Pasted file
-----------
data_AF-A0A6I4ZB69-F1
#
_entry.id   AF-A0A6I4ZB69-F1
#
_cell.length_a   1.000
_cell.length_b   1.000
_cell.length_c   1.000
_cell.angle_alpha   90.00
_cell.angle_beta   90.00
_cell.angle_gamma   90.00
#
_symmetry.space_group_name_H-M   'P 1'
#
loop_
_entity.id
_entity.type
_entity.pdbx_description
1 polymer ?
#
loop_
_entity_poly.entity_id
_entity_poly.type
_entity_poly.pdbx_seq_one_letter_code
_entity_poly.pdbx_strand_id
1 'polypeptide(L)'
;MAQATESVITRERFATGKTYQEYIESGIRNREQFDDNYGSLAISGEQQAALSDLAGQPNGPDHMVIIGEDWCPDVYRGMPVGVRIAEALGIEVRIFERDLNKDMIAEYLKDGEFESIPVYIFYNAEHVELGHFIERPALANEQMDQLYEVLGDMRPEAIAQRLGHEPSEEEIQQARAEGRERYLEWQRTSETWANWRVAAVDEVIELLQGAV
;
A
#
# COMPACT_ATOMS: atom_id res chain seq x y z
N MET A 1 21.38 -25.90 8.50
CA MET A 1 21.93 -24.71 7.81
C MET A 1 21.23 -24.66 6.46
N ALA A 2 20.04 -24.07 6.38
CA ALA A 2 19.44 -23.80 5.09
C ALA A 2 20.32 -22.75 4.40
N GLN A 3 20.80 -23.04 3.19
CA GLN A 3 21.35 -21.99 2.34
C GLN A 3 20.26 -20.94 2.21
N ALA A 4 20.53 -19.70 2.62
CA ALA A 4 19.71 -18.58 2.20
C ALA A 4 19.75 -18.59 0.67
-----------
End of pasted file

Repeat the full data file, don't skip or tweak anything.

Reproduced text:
data_AF-A0A6I4ZB69-F1
#
_entry.id   AF-A0A6I4ZB69-F1
#
_cell.length_a   1.000
_cell.length_b   1.000
_cell.length_c   1.000
_cell.angle_alpha   90.00
_cell.angle_beta   90.00
_cell.angle_gamma   90.00
#
_symmetry.space_group_name_H-M   'P 1'
#
loop_
_entity.id
_entity.type
_entity.pdbx_description
1 polymer ?
#
loop_
_entity_poly.entity_id
_entity_poly.type
_entity_poly.pdbx_seq_one_letter_code
_entity_poly.pdbx_strand_id
1 'polypeptide(L)'
;MAQATESVITRERFATGKTYQEYIESGIRNREQFDDNYGSLAISGEQQAALSDLAGQPNGPDHMVIIGEDWCPDVYRGMPVGVRIAEALGIEVRIFERDLNKDMIAEYLKDGEFESIPVYIFYNAEHVELGHFIERPALANEQMDQLYEVLGDMRPEAIAQRLGHEPSEEEIQQARAEGRERYLEWQRTSETWANWRVAAVDEVIELLQGAV
;
A
#
# COMPACT_ATOMS: atom_id res chain seq x y z
N MET A 1 21.38 -25.90 8.50
CA MET A 1 21.93 -24.71 7.81
C MET A 1 21.23 -24.66 6.46
N ALA A 2 20.04 -24.07 6.38
CA ALA A 2 19.44 -23.80 5.09
C ALA A 2 20.32 -22.75 4.40
N GLN A 3 20.80 -23.04 3.19
CA GLN A 3 21.35 -21.99 2.34
C GLN A 3 20.26 -20.94 2.21
N ALA A 4 20.53 -19.70 2.62
CA ALA A 4 19.71 -18.58 2.20
C ALA A 4 19.75 -18.59 0.67